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Research

Clinical outcomes of ROS1-positive non-small cell lung cancer with limited access to ROS1-tyrosine kinase inhibitors (TKIs): experience from an Indian tertiary referral centre

15 Jan 2024
Goutam Santosh Panda, Vanita Noronha, Vijay Patil, Amit Joshi, Nandini Menon, Rajiv Kumar, Trupti Pai, Omshree Shetty, Amit Janu, Nivedita Chakrabarty, Nilendu Purandare, Sayak Dey, Kumar Prabhash

Introduction: ROS1 as a driver mutation is observed in approximately 1%–2% of all non-small cell lung cancer (NSCLC). Given its rarity, we share our experience regarding ROS1-positive NSCLC including the access to ROS1 tyrosine kinase inhibitors (TKIs) in a low-middle income country like India.

Methods: It is a retrospective analysis of ROS1-positive NSCLC patients registered between January 2015 to December 2021 for demographics, treatment patterns and outcomes i.e., overall survival (OS) and progression free survival (PFS).

Results: Baseline characteristics were available for 70 patients of 78 patients positive for ROS1 by fluorescent in situ hybridisation. Median age at presentation was 52 years, 39 (55.7%) were males, most (51, 72.86%) were non-smokers and ten patients (14.3%) had poor Eastern Cooperative Oncology Group (ECOG) performance status (PS) i.e., PS >2 at presentation. A total of 67 patients receiving cancer directed therapy were analysed for survival. The first line (1L) therapies included – ROS1 TKIs in 38, chemotherapy in 20, epidermal growth factor receptor TKI in eight and chemotherapy-bevacizumab in one only. ROS1 TKI was provided to 20 patients as part of an assistance programme. The median OS for patients who received ROS1 TKI was not attained (95% CI 37.85–NA), while it was 8.11 (95% CI 6.31–NA) months for those who did not (HR-0.1673). The median PFS for the 1L ROS1 TKI compared to the no-TKI group was 27.07 (95% CI 24.28–NA) months versus 5.78 (95% CI 3.42–12) months (HR: 0.2047). Poor ECOG PS at presentation was the only independent prognosticator for survival.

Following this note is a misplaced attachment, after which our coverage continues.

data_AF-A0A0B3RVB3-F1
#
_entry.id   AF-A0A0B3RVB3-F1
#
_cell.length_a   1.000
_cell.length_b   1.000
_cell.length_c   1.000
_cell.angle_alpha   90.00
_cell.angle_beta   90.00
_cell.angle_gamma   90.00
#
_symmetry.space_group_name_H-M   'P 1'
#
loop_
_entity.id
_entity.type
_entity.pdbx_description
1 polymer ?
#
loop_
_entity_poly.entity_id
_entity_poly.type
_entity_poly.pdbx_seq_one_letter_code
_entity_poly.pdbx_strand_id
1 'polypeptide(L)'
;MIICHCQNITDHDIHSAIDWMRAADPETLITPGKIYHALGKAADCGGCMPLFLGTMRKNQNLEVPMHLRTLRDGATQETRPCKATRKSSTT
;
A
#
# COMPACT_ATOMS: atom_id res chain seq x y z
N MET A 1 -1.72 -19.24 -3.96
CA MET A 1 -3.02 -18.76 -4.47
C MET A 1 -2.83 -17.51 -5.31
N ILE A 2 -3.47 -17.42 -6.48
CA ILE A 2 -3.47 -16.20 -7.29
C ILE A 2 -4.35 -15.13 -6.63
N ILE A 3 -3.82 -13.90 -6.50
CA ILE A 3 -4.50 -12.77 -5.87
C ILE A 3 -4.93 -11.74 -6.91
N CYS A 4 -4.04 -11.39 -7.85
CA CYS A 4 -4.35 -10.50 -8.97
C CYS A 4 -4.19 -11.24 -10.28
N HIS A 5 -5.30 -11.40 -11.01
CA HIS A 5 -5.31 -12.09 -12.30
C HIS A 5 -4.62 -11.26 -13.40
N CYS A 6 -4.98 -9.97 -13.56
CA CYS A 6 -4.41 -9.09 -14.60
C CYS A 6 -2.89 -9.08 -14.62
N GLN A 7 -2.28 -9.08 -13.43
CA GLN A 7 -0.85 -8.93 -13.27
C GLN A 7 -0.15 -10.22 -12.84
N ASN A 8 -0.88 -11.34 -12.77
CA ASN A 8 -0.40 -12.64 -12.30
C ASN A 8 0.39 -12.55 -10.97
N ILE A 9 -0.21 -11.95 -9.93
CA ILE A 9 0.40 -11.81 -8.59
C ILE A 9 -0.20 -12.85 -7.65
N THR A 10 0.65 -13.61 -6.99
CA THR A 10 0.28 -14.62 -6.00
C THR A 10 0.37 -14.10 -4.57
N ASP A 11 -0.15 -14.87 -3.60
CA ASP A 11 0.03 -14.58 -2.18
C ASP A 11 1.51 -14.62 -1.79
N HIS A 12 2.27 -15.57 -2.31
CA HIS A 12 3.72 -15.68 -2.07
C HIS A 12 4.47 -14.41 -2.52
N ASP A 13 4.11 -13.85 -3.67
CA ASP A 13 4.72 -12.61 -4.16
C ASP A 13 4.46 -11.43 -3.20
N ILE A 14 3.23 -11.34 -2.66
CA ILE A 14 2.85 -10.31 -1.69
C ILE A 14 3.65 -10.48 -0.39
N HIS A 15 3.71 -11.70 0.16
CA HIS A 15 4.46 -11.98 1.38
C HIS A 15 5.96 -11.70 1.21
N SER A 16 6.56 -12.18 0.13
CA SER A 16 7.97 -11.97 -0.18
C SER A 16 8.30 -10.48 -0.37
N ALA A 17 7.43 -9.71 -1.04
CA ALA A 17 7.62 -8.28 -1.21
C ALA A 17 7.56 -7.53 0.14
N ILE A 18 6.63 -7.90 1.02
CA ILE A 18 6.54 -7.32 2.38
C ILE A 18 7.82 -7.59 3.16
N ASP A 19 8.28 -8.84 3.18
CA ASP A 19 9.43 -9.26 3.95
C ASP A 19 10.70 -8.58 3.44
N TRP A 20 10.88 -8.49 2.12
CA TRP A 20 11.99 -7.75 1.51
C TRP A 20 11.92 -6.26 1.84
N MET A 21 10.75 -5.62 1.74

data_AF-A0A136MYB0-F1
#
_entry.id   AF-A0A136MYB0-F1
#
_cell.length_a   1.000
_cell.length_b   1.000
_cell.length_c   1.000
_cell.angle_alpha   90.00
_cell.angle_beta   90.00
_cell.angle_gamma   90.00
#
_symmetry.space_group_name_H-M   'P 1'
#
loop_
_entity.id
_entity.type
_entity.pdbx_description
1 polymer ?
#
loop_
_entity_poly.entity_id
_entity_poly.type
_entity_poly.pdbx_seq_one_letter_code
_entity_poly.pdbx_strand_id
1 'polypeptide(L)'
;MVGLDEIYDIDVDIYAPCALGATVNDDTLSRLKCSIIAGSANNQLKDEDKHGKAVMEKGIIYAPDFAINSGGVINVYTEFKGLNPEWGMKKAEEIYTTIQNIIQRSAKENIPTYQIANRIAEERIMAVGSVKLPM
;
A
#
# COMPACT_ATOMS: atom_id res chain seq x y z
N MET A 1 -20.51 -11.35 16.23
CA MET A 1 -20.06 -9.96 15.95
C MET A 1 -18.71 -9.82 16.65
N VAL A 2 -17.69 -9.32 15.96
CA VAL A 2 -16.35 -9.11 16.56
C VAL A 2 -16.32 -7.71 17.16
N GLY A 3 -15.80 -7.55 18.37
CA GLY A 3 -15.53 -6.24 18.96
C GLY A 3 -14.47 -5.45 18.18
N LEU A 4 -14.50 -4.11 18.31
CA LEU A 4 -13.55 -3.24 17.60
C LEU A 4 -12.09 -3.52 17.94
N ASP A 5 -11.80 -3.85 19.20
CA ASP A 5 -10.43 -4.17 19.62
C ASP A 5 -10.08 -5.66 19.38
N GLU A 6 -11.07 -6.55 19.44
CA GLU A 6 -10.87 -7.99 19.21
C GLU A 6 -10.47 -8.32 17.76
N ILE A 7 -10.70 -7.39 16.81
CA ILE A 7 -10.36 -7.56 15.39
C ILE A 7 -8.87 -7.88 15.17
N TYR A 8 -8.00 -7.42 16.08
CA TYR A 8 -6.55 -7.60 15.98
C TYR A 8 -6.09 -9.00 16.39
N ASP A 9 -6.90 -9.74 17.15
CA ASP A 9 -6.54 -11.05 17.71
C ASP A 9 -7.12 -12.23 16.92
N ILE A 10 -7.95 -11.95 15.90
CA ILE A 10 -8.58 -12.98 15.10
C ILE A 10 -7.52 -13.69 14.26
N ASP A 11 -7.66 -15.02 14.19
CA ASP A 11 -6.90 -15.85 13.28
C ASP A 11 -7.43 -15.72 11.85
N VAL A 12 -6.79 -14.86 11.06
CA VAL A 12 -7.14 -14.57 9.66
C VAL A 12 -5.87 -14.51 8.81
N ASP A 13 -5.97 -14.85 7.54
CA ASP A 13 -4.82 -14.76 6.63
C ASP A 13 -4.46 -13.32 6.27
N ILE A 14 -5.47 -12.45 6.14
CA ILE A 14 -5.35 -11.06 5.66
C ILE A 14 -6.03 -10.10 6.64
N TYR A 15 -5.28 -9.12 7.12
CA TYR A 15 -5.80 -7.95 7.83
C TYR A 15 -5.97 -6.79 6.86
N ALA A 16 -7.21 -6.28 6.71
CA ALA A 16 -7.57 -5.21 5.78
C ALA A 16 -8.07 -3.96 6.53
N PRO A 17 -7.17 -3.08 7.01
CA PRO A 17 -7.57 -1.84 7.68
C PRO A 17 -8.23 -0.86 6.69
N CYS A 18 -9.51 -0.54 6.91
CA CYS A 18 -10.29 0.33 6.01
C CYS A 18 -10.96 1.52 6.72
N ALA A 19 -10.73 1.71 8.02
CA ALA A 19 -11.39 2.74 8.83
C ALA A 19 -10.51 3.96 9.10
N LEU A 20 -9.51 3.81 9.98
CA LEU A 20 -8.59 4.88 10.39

Conclusion: Using ROS1 TKI improves clinical outcomes in all-comers though statistically not significant. To further improve outcomes, future trials should pay special attention to patients with poor PS and find a way to increase the current limited access to TKI.

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